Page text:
"We have to get everybody together, we have to be on the same path," Trump said.

In his remarks, Trump repeatedly lauded police forces and described those who used excessive force as "bad apples."

Instead of speaking about police violence against black people, Trump decried officers who are targeted in the line of duty.

"They get shot for no reason whatsoever and they are wearing blue," he said. "They get knifed."

Trump suggested his attempts at racial reconciliation would go "quickly and easily."

"We have so many different elements of strength in this country, we have such potential in this country, we have the greatest potential," he said. "But we get off-subject and we start thinking about things that don't matter, or don't matter much. The important things, we don't even discuss but we are here to discuss very important things today."

Watch more:

5:14 p.m. ET, June 11, 2020

Trump opens roundtable by calling for "law and order"

From CNN's Nikki Carvajal

US President Donald Trump speaks during a roundtable with faith leaders and small business owners at Gateway Church Dallas Campus in Dallas on June 11.
US President Donald Trump speaks during a roundtable with faith leaders and small business owners at Gateway Church Dallas Campus in Dallas on June 11. Nicholas Kamm/AFP/Getty Images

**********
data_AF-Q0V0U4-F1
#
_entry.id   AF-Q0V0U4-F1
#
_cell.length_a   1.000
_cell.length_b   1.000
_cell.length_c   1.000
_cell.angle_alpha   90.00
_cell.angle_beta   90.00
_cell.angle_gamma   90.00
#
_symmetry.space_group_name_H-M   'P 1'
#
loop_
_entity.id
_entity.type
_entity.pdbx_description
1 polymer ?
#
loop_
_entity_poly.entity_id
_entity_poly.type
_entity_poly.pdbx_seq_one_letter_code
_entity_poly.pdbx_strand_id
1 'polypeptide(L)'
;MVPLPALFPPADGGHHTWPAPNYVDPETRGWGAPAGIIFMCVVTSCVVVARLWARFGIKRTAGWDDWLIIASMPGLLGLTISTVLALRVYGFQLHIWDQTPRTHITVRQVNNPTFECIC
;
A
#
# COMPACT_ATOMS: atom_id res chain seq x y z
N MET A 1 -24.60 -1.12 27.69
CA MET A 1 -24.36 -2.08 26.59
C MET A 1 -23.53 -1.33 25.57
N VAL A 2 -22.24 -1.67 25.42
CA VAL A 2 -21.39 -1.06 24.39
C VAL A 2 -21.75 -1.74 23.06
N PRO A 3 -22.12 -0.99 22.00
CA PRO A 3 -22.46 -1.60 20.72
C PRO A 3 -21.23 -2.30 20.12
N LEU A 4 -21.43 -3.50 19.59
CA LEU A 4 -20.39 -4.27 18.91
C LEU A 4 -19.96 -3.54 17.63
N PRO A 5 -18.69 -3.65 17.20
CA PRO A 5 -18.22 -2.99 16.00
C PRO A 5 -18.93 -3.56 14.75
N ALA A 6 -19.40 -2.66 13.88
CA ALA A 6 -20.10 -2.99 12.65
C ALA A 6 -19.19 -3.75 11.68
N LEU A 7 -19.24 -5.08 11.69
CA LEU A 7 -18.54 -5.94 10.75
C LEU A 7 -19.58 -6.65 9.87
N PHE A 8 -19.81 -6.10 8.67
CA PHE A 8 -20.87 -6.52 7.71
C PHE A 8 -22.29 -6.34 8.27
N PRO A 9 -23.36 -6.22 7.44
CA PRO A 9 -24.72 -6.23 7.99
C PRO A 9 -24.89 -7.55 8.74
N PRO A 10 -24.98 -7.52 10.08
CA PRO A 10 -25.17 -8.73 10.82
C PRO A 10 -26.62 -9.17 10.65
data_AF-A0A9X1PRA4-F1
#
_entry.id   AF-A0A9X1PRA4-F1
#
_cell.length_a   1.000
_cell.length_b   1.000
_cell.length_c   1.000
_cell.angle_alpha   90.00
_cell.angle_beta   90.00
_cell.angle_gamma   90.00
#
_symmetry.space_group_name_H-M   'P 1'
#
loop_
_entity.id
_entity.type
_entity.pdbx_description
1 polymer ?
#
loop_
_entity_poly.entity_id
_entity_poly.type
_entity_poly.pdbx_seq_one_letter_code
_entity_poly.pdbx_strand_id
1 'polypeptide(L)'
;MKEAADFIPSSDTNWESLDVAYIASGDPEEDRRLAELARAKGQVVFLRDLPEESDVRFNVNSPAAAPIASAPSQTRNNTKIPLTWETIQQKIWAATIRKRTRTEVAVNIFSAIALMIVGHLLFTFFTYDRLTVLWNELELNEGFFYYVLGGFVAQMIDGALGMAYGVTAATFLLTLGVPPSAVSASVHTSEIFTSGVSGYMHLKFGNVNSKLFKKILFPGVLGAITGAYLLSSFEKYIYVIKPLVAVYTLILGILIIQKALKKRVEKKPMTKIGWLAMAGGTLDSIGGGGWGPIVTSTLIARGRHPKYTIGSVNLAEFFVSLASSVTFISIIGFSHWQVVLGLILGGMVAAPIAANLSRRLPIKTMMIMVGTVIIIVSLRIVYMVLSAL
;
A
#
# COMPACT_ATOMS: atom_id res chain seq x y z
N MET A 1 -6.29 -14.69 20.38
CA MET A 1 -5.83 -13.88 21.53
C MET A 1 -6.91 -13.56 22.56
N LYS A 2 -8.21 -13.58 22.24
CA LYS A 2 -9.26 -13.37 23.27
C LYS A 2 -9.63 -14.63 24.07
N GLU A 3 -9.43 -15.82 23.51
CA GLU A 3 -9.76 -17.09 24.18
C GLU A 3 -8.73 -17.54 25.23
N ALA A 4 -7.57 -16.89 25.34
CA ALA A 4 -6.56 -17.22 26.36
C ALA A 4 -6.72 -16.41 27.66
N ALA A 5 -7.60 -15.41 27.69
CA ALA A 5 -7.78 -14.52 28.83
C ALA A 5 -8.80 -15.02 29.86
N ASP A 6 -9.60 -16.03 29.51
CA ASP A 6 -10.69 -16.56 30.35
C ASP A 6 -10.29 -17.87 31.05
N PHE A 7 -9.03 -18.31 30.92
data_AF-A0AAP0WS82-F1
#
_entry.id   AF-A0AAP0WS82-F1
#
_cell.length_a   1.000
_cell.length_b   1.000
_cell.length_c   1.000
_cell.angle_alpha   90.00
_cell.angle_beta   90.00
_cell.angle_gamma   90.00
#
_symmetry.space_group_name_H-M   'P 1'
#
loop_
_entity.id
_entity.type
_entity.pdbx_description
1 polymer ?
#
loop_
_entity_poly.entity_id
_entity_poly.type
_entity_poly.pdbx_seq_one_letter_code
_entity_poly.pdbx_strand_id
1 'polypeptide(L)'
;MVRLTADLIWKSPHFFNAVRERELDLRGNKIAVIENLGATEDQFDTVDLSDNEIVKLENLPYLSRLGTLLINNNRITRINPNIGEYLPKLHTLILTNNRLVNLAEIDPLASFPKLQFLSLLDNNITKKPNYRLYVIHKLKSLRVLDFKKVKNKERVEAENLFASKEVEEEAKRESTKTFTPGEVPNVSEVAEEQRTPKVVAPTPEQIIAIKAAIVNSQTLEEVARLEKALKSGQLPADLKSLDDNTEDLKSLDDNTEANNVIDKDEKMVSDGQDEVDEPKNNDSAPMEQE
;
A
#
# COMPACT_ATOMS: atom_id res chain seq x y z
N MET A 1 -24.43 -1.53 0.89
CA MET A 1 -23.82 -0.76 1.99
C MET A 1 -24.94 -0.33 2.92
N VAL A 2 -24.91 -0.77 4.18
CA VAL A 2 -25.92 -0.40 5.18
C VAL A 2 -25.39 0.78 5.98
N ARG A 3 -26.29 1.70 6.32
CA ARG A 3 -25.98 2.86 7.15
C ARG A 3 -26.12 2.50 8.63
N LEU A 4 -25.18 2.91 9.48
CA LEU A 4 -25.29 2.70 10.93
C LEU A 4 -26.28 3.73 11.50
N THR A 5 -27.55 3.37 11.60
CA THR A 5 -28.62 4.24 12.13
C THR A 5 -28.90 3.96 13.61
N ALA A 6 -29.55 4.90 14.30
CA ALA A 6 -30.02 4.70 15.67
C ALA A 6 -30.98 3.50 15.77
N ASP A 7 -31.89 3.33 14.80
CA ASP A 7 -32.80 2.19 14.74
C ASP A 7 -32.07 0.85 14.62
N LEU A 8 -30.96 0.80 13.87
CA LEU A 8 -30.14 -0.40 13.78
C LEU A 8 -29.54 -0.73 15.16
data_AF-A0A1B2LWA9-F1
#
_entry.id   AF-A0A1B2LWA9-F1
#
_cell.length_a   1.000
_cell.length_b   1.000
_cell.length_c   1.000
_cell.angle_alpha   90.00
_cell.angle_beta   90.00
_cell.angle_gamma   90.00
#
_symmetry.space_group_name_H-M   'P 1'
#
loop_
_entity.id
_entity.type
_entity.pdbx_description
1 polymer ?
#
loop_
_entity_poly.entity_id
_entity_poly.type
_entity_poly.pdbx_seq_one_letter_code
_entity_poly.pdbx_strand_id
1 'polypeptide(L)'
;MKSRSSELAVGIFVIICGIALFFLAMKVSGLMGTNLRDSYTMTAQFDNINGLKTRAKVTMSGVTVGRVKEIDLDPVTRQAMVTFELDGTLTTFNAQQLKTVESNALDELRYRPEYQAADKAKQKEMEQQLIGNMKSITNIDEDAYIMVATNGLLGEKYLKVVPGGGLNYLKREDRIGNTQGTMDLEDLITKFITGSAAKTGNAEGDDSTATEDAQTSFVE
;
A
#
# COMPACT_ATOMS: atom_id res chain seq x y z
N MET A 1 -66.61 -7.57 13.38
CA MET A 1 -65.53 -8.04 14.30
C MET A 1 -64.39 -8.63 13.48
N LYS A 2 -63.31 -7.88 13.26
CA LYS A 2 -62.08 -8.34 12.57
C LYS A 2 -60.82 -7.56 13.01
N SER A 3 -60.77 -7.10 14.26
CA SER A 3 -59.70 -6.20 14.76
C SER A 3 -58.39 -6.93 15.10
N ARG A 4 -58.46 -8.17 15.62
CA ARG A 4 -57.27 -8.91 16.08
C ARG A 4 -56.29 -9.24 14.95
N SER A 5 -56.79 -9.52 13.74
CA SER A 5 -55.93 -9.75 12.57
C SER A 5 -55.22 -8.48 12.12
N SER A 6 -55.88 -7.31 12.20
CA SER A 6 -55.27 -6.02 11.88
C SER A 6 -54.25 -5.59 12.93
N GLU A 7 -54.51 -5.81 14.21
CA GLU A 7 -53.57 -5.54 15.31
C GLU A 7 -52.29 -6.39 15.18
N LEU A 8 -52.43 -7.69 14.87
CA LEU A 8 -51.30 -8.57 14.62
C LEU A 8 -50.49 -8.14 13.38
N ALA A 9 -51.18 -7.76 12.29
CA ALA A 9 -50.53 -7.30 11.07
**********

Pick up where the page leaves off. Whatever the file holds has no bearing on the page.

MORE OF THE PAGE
President Trump called for “law and order" at a roundtable on justice disparities in Dallas, Texas. 

“We’ve done a lot of good things, but we have to have law and order,” Trump said to the crowd gathered inside a Dallas church. “Gotta have some strength. You have to have strength, you have to do what you have to do.”

“You look at Seattle, we just came in, you could see over the screen, Bill and I were talking about it,” Trump said, seeming to refer to Attorney General Bill Barr, who flew from DC on Air Force One with the President. “The law and order. Look at what happened in Seattle. They took over a city. A city. A big city, Seattle. A chunk of it, a big chunk. Can’t happen.”

“That can’t happen here in the state of Texas, can it? I don’t think so,” Trump said, as the crowd applauded.

He said the issue in Seattle would be “so easy to solve.” 

Some background: Protesters in Seattle have camped out and occupied the area outside Seattle police's East Precinct building in the Capitol Hill neighborhood, which protesters are now calling the Capitol Hill Autonomous Zone.